“It’s just not safe for young girls to go into events, especially in costume. We’re vulnerable.”
It’s been more than three years since “Cosplay is Not Consent” signs were erected throughout New York Comic Con. The movement, which seeks to educate about actions that should reflect common sense and decency, is now firmly set in minds of con attendees. All across the country, from Ohayocon to Ikkicon, experiences, precautions, and standards mirror each other, but even with the strength of this movement, even with sexual harassment and assault in the public eye like never before, the problem remains.
Part of the issue is that even though most attendees are well aware of how they should act toward others, the environment creates conditions in which many choose to ignore their knowledge and better sense and react in ways that harm others. Elena, attending Ikkicon this past year as Yurio from Yuri on Ice, noted that conventions are “more loose” with fewer societal constraints than the world outside, while Skye, dressed as a character from the Percy Jackson book series, also stressed the anonymity that cosplay offers, providing a hiding place both for the painfully shy and for those that would do harm.
Every time I cosplay a girl, I have people come up to me, especially older men.
Etoile, who gave the initial quote in this piece, pointed toward another angle, commenting, “Anime oversexualizes teenage girls all the time and that’s who get preyed upon at conventions—teenage boys and teenage girls. It’s just a place where it’s easy.” But it doesn’t take sexualization to turn attendees into perpetrators, as she also noted: “It’s not necessarily a character that’s sexualized, but a character that’s female. I’m cosplaying a boy right now and every time I cosplay a boy, I don’t get bothered at all. But every time I cosplay a girl, I have people come up to me, especially older men.”
While the lack of inhibition by attendees who should know better, who do know better, is problematic, more fearsome are those who willfully and intentionally come to conventions with sexual assault on their minds, some of whom are counted among those “older men” Etoile describes. It’s often been noted that sexual predators know which kinds of young people to target, and conventions are a vast pool of teenagers and children from which to choose. Tyler, dressed as Junko from Danganronpa, noted, “Kids don’t know what to do. Some adults can take advantage of that.”
Convention staff are well aware of these problems. Ikkicon security was very proactive this year and according to many, this particular convention is safer than others, but a volunteer staff can hardly be counted on to keep all con-goers safe. As Etoile stated, “This is a giant group of people where somebody like that can hide, where they can get away with it.”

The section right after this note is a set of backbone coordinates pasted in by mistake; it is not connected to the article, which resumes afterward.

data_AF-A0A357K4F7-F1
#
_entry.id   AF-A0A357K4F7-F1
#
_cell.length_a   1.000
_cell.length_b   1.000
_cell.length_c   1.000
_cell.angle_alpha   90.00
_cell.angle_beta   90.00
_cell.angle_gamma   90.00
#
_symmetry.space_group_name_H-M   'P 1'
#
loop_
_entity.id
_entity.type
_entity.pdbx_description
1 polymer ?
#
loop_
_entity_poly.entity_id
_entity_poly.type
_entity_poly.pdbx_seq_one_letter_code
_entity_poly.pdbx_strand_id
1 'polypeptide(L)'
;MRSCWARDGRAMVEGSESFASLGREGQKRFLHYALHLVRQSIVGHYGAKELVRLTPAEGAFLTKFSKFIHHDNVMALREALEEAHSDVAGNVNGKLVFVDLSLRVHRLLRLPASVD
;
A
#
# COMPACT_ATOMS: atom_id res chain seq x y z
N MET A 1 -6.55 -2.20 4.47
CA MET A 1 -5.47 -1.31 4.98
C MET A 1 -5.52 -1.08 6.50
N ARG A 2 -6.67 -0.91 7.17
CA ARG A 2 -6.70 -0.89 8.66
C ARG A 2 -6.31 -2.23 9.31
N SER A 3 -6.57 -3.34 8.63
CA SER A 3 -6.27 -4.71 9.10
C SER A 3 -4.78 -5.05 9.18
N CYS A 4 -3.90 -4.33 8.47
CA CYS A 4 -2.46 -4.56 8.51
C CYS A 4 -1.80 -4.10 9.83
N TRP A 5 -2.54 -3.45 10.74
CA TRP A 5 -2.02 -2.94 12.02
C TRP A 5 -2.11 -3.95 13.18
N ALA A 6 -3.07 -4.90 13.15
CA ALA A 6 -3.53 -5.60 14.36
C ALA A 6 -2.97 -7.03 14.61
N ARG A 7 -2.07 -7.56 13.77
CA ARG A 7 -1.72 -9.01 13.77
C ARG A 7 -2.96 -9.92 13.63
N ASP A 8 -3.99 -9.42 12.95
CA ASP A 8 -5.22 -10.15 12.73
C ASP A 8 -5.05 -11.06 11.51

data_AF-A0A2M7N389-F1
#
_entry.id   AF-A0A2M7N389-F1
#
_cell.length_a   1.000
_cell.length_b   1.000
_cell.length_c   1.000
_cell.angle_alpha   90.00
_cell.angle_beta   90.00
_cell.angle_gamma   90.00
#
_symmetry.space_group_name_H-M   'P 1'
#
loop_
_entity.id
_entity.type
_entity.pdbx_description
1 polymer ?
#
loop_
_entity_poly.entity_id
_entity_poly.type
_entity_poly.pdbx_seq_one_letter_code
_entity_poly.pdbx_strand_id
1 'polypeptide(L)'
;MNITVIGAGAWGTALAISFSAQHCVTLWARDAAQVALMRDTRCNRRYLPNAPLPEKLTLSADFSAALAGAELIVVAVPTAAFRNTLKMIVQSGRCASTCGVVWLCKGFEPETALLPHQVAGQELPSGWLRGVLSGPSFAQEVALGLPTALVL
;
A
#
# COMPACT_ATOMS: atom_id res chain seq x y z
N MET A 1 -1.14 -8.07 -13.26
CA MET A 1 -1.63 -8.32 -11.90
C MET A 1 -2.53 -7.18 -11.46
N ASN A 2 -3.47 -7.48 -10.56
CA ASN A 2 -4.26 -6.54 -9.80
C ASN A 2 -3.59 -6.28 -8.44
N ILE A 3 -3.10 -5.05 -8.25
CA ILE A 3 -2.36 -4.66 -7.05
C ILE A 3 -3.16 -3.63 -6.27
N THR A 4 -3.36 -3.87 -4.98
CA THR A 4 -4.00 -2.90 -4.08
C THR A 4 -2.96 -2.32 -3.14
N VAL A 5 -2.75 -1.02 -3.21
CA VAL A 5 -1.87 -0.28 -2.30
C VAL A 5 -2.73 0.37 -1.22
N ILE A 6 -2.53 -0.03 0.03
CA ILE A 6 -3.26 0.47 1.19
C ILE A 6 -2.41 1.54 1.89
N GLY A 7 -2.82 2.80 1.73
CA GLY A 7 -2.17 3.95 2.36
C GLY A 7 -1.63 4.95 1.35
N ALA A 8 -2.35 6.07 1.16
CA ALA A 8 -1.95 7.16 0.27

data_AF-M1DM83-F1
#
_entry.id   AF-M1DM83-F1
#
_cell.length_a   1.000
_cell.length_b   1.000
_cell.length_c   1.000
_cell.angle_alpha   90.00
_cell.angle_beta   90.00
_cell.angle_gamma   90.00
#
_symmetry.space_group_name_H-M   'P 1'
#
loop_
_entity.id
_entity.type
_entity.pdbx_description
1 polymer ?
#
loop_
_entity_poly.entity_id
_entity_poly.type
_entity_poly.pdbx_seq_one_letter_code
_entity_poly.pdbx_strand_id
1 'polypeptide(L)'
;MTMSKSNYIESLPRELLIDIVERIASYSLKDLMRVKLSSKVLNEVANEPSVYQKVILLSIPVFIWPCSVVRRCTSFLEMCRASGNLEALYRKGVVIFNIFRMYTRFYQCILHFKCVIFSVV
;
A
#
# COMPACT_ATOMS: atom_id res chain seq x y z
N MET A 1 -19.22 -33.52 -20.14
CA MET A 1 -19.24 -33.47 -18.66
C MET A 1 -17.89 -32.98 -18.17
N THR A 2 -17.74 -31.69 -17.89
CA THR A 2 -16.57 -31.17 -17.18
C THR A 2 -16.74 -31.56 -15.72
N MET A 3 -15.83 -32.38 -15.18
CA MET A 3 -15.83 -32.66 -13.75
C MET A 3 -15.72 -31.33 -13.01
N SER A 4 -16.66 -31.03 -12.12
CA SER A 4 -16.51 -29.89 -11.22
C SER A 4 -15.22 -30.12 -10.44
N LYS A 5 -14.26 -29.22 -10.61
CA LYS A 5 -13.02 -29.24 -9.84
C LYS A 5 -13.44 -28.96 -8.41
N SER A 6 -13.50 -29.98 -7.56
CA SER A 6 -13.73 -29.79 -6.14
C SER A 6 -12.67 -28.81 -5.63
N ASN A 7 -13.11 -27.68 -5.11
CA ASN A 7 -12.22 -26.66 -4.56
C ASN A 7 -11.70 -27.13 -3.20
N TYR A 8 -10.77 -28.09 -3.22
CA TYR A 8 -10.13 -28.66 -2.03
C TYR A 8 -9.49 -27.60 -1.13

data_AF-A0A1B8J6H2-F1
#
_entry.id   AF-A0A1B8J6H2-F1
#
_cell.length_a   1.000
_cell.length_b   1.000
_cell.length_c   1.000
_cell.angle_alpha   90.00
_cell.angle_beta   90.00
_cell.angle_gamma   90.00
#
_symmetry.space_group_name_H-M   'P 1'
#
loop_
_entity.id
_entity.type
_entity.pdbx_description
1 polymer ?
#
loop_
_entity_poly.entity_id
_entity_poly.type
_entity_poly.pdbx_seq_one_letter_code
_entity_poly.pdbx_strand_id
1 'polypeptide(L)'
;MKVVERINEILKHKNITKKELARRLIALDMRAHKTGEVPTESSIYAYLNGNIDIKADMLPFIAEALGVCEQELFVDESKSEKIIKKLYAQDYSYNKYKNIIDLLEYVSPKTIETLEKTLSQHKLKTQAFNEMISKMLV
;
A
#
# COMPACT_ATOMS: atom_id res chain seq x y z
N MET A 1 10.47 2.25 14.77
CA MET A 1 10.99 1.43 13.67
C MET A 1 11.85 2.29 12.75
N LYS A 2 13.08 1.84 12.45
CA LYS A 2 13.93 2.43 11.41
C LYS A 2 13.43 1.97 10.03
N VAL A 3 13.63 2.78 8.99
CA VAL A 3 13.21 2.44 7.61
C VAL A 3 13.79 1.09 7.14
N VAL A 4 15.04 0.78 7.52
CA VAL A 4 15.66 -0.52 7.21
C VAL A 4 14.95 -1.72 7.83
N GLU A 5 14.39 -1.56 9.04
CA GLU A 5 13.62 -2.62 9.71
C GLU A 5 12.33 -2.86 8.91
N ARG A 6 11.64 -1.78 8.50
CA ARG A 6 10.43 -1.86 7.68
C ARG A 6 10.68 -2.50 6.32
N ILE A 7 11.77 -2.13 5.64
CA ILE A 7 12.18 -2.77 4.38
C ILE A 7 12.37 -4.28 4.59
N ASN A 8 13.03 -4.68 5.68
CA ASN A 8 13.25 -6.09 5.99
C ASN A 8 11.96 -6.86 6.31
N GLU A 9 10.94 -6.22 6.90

And so while convention staff needs to continue to make safety a priority, to take complaints seriously while creating an atmosphere of compliance, it ends up becoming the role of cosplayers themselves to keep one another safe. As Moni, also cosplaying from Percy Jackson, suggested, “See the world for what you want it to be, but at the same time, protect yourself.”
This is a giant group of people where somebody like that can hide, where they can get away with it.
That kind of self-policing was evident at a Fate/Grand Order meetup at Ikkicon. A photographer who was known to violate attendee’s comfort level, if not go even further (a Berserker of Black cosplayer referred to him as a “rapist”), was effectively chased away when a clamor was raised against his presence. As Etoile noted, “The cosplay community is pretty tight-knit. Almost everybody knows somebody. It’s easy for the word to get around that that person is being a creep.”
See the world for what you want it to be, but at the same time, protect yourself.
Smaller groups at conventions, namely groups of friends, also offer a level of protection against perpetrators. Tyler reflected, “I always tend to stay in groups with my friends: big, big groups because they can probably see something you didn’t see. There can be an eyewitness for what happened.” Moni (a second cosplayer by this name) agreed and added, “A big thing in my group is that you don’t go anywhere without having someone nearby or close to you.”
But what of the young man or woman wandering alone at a convention? One who may not be emotionally or physically strong enough to force off an assault, who would make the perfect target for a predator or who could become the victim of an attendee who takes things too far? There are plenty of these individuals at conventions, a sea of them.
And just as troublesome is that even though most know what they should do, walls and fortresses in the form of cosplay communities and groups of friends have to be erected to keep young people safe. Ultimately, it may be too optimistic to believe that harassment and assault at cons will ever go away—these are the actions of people who put their carnal desires first, ahead of caring for others, ahead of common sense and human decency. There’s a little of this awful side to us all, and there will always be those who let it out, but with safeguards in place, incidents will hopefully continue to diminish at conventions.
Even more promising, when young cosplayers, more aware than ever of such issues, take the lead in caring for one another, they demonstrating the communal spirit of conventions, and those would seek to break that spirit will find themselves like a lion in the water—out of their element, under attack by those who thrive there, and drowning in a sea that takes away all their predacious intent.